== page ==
K-9 demo heralds new local business

CURRYVILLE—According to Jeff Minder, currently it can take as long as 10 years for a veteran to get a service dog. Saturday, he brought a puppy to Valerie Hollingsworth four months after she enrolled in his dog training school.

Minder, a master dog trainer who built his own school from the ground up, said he came up with a better and faster way to provide service dogs to veterans who need them. He can also train dogs for other activities, as well. And noted, he was able to train the first dog to detect the COVID-19 virus. Valerie, who was a helicopter mechanic for the U.S. Marine Corps, and her husband, John, will be starting a dog training and breeding business early next year on their farm just north of Curryville.

Minder’s approach to dog training involves the person who will be getting the service dog. He noted that people have to be invested in the training for the system to work. Valerie has been working online learning how to train her dog.

She said it was important that veterans who get one of these dogs learn how to train them. That way, if they ever need another dog, they can train a new one right away.

“They have to have some skin in the game,” Minder said while setting up for his demonstration on the Hollingsworth’s farm. He also teaches the business side of his dog training company, which is part of why—in addition to bringing Valerie her service dog—Minder was there on Saturday. Valerie and John’s new business is called Loyalty Dogs. They’ve already done extensive work on the farm to create the training facility, complete with a dog obstacle course.

Minder owns and operates Top Tier K9 in Madison, Fla. He says he trains the dogs and the people.

“Ever since Oliver North interviewed me on his Hero’s Network,” Minder said, “interest in the dogs for disabled veterans has skyrocketed.”

Minder was in the U.S. Army for 11 years. He was airborne and taught the SEAR schools for years, but a parachuting accident forced him to retired from the service.

Having service dog, he said, is what saved him. From that point forward, all his efforts went into creating a business where he could help his fellow veterans.

Minder wanted the public to know that he trains service dogs that can also protect. A former Marine in South Carolina recently bought one the dogs.

“He lost both legs and an arm in Afghanistan and hand on the other arm, so his service dog can also protect him,” Minder said. “That way if somebody breaks into his place, the dog can protect him. It allows that veteran to be able to sleep knowing the dog has his back.” That helps prevent veterans from self-medicating with alcohol or drugs just so they can sleep.

He trains service, therapy and emotional support dogs. In addition to breeding the dogs he trains, Minder does what he calls foundation training. From age 6 weeks to 24 weeks, the puppies are trained on about 40 specific elements from four functional areas to prepare them for service to the disabled or use by the military and law enforcement. They can even be used for executive protection.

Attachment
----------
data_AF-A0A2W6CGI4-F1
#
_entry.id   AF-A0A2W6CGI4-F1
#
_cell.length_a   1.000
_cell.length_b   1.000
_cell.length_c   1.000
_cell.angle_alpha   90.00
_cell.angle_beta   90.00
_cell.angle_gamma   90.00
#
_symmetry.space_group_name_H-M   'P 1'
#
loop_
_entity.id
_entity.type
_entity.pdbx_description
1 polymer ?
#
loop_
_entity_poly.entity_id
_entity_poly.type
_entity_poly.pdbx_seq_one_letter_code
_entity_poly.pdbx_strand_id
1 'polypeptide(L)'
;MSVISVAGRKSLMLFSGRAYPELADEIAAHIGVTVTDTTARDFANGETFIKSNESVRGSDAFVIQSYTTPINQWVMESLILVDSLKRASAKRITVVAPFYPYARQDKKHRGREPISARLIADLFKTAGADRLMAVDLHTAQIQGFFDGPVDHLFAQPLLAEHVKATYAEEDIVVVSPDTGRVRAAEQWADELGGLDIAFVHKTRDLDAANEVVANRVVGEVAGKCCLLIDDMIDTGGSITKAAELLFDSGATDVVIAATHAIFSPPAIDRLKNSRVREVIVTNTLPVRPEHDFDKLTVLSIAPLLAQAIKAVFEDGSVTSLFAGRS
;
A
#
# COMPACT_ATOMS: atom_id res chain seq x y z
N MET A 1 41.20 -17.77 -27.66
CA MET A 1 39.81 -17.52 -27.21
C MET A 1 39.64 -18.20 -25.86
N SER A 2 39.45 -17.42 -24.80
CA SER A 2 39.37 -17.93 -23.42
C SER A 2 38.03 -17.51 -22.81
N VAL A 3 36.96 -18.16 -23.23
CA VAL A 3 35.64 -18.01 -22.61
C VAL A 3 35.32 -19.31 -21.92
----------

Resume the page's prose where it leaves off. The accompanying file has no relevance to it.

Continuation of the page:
He keeps several dogs on hand at his facility until they’re needed, then he matches them with the right owner and finishes the training they need for that particular owner’s needs.

A charity—Forgotten Coast K9—pays about 50% of the cost for the dog.

“The veteran pays about 25 percent of the cost,” Minder said. Something as important as a service dog, he noted, should not be given away.

“They have to earn it,” he said. “Then I match all of that through Top Tier K9.”

He said Valerie got an 8-week old puppy, which she named Tiny, and Minder is teaching her how to train the dog.

“In 12 years down the road when the dog dies, she’s able to train a replacement instead of trying to find another one,” he said.

Also, by teaching Valerie and John how to start and run their own dog training business they can make a living on the side, Minder explained.

“We are the No. 1 working dog training school in the country now,” Minder said.

Minder had Valerie bring out her puppy, Tiny, for a demonstration. He breeds Belgian Malinois, but he can work with most breeds. He wanted to show those who came out for the demonstration how the initial training works with the dog’s basic instincts, which becomes the foundation on which they build a completely trained dog.

Valerie said her family has owed the farm where she and John live since the 1950s.

“What got me about the program,” Valerie said, “is when Jeff’s original service dog died and …”

“I didn’t know how to replace it,” Minder said.

“And that can be devastating,” Valerie added. And through the Veterans Administration the waiting list for a service dog can be up to 10 years.

“This way,” Valerie explained, “(the veteran) can just train the next one. That’s my favorite part of (this program).”

Minder noted that the government is trying to do something, but funding for a service dog program is only temporary. He said there’s only enough money for 1,000 dogs and there are potentially more than 100,000 veterans who need service dogs now.

Once he was done showing what Valerie’s puppy could do, Minder brought out Huey, his service dog. He ran Huey through a number of exercises including a bite exercise to show that he was also trained for protection. He also ran Hughey through the obstacle course so the audience could experience the dog’s agility and response to commands.

Minder said it’s taken seven years for him to build his business to where it is today. He added that veterans need hope, and this type of program can give them that hope.

The best way to get these dogs to veterans who need them, he added, is to donate to the Lost Coast K9 charity. As the donations build, more veterans can receive service dogs.

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